Why Not to Skip a Mortgage Payment
By: Brian O'Connell

With ample talk of loan modifications, underwater mortgages and rampant home foreclosures -- and with over six-million jobs lost during the past 17 months, according to the U.S. Department of Labor, the temptation to skip a mortgage payment may never be higher.

Why? If you’re unemployed, or suffered a health scare that’s swallowed up your cash, taking a one-month break from your mortgage payment responsibilities might give you some breathing room.

And, true enough, skipping one mortgage payment won’t get you thrown out of your house. Some banks, like JP Morgan Chase (Stock Quote: JPM) and Bank of America (Stock Quote: BOA), are even making mortgage loan “freezes” part of their loan modification programs

But hold the phone – sure, you won’t lose your home by missing one mortgage payment, but you do risk losing your financial lifeline in the form of a good credit score, and that could negatively impact your personal financial situation for years.

Let’s have a look:

  • First, if you skip a mortgage payment, you don’t actually skip a mortgage payment. How so? That’s because even though you don’t write the mortgage check now, you’ll have to write it down the road, and through adding a few extra numbers for late fees and finance charges, that can translate into hundreds of extra dollars in payments.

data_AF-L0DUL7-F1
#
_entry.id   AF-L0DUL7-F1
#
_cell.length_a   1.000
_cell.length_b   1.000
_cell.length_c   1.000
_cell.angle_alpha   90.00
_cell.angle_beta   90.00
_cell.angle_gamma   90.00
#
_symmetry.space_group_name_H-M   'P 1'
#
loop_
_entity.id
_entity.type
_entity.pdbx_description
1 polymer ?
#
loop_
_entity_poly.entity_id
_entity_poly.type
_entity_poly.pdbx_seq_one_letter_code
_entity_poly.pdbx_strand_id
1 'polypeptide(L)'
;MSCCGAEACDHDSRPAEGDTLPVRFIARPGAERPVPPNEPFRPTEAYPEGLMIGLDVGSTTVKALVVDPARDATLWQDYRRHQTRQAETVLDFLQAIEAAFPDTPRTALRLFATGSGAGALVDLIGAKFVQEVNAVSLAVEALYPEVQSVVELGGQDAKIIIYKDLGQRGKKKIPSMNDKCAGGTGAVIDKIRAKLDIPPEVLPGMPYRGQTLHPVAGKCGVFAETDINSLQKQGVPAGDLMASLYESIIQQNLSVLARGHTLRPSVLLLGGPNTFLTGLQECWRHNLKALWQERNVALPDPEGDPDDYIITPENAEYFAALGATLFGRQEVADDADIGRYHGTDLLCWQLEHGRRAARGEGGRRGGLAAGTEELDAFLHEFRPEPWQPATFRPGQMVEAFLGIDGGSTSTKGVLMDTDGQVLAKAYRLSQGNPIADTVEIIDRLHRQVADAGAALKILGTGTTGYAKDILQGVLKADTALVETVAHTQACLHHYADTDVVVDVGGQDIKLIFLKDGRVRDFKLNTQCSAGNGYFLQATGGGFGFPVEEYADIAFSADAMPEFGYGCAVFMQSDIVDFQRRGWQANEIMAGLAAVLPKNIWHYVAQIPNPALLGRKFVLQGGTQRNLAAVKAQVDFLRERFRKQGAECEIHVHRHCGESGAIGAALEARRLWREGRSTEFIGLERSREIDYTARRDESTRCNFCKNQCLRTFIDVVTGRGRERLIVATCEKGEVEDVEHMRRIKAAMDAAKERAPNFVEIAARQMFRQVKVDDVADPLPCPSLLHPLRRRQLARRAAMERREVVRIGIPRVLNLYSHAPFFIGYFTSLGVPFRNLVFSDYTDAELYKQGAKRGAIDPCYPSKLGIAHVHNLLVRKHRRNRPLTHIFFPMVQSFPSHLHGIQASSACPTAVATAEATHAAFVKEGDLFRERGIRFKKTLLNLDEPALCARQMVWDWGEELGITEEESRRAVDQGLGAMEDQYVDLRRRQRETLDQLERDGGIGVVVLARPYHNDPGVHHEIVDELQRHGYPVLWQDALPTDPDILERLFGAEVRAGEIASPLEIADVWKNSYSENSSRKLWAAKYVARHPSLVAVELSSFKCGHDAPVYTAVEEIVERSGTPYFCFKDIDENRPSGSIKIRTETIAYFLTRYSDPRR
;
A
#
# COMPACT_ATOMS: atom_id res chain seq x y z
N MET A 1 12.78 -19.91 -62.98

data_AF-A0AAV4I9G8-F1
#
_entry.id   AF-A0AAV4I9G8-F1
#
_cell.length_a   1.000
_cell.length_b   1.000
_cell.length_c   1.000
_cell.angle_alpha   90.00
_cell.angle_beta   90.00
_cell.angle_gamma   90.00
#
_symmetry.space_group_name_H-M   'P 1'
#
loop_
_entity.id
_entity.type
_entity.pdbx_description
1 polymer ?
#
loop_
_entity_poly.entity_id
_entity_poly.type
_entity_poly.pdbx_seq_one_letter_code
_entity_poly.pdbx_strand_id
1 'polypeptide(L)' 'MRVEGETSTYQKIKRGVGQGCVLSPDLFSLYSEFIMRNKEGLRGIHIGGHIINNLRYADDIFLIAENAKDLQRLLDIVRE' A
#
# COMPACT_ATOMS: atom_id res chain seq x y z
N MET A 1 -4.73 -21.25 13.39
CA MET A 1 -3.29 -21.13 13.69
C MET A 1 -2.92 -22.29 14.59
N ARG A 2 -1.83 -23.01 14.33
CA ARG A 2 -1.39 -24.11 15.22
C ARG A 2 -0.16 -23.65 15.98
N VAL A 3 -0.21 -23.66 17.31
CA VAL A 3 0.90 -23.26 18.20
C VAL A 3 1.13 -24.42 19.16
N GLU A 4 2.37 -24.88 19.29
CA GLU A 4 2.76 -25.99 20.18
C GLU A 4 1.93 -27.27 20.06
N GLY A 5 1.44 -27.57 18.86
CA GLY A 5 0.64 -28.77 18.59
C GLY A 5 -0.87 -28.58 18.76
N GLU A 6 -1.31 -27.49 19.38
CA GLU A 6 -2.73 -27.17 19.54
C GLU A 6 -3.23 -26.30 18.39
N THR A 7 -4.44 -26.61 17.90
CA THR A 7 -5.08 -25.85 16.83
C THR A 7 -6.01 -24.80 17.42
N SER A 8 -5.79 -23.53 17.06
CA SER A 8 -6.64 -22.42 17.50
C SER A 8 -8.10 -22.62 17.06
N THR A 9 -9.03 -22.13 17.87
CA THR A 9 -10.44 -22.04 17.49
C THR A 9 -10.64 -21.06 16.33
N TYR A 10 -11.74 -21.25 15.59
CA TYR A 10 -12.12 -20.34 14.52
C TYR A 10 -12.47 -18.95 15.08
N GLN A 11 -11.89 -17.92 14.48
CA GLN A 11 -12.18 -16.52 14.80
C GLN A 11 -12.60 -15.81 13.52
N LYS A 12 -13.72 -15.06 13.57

• Second, even though you’ve missed a payment (for now), you still basically kick the can down the road. Interest continues to accumulate even though you didn’t pay your monthly mortgage. As any economist can tell you, prolonging your debt may be good for your mortgage lender, but it’s not good for you.
  • Finally, by skipping a mortgage payment, you’ve opened the trap door to a significantly lower credit score, and that could severely impact your financial health. Everything from your credit card rate to your future ability to buy a car or a home is tied to your score. A new job could be on the line, too. Many employers are including credit scores on background checks and any low score could cost you that potential dream job.

There’s also the question of whether or not you should skip a mortgage payment to increase your chances of qualifying for a bank or government-qualified loan modification program. In a word, don’t. Most banks say that missing a payment does not increase your chances of getting a loan modification. Your best bet is to contact your lender right away and ask for a loan modification packet and advice on how to finance your mortgage if you’re behind on your payments.

Having a cash flow problem is a major headache on its own, but dealing with it by skipping a mortgage payment only makes it worse. If you’re struggling to keep up on your home payments, your best move is to pick up the phone, call your lender, explain your situation, and work with them to create a plan to keep your mortgage loan moving forward.

—For more ways to save, spend, invest and borrow, visit MainStreet.com.

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